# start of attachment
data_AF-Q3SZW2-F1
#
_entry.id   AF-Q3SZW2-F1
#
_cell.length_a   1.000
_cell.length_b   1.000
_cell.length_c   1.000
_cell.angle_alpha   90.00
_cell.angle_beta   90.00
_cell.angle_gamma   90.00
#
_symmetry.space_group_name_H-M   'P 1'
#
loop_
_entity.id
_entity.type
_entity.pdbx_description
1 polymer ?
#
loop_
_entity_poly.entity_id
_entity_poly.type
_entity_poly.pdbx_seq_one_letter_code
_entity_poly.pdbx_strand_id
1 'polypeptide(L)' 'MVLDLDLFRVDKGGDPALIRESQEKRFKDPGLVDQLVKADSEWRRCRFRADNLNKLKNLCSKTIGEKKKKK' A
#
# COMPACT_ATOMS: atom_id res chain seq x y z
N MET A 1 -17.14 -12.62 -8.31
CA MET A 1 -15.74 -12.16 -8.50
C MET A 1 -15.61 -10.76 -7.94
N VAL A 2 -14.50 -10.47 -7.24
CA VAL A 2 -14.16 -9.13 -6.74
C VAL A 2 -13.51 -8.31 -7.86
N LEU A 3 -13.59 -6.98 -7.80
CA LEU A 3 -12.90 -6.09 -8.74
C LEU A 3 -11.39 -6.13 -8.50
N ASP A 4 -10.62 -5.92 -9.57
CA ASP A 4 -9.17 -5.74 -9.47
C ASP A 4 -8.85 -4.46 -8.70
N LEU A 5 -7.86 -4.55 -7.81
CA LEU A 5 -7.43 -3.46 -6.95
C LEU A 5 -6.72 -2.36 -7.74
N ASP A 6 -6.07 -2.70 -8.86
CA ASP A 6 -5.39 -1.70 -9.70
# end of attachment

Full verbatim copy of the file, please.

data_AF-Q3SZW2-F1
#
_entry.id   AF-Q3SZW2-F1
#
_cell.length_a   1.000
_cell.length_b   1.000
_cell.length_c   1.000
_cell.angle_alpha   90.00
_cell.angle_beta   90.00
_cell.angle_gamma   90.00
#
_symmetry.space_group_name_H-M   'P 1'
#
loop_
_entity.id
_entity.type
_entity.pdbx_description
1 polymer ?
#
loop_
_entity_poly.entity_id
_entity_poly.type
_entity_poly.pdbx_seq_one_letter_code
_entity_poly.pdbx_strand_id
1 'polypeptide(L)' 'MVLDLDLFRVDKGGDPALIRESQEKRFKDPGLVDQLVKADSEWRRCRFRADNLNKLKNLCSKTIGEKKKKK' A
#
# COMPACT_ATOMS: atom_id res chain seq x y z
N MET A 1 -17.14 -12.62 -8.31
CA MET A 1 -15.74 -12.16 -8.50
C MET A 1 -15.61 -10.76 -7.94
N VAL A 2 -14.50 -10.47 -7.24
CA VAL A 2 -14.16 -9.13 -6.74
C VAL A 2 -13.51 -8.31 -7.86
N LEU A 3 -13.59 -6.98 -7.80
CA LEU A 3 -12.90 -6.09 -8.74
C LEU A 3 -11.39 -6.13 -8.50
N ASP A 4 -10.62 -5.92 -9.57
CA ASP A 4 -9.17 -5.74 -9.47
C ASP A 4 -8.85 -4.46 -8.70
N LEU A 5 -7.86 -4.55 -7.81
CA LEU A 5 -7.43 -3.46 -6.95
C LEU A 5 -6.72 -2.36 -7.74
N ASP A 6 -6.07 -2.70 -8.86
CA ASP A 6 -5.39 -1.70 -9.70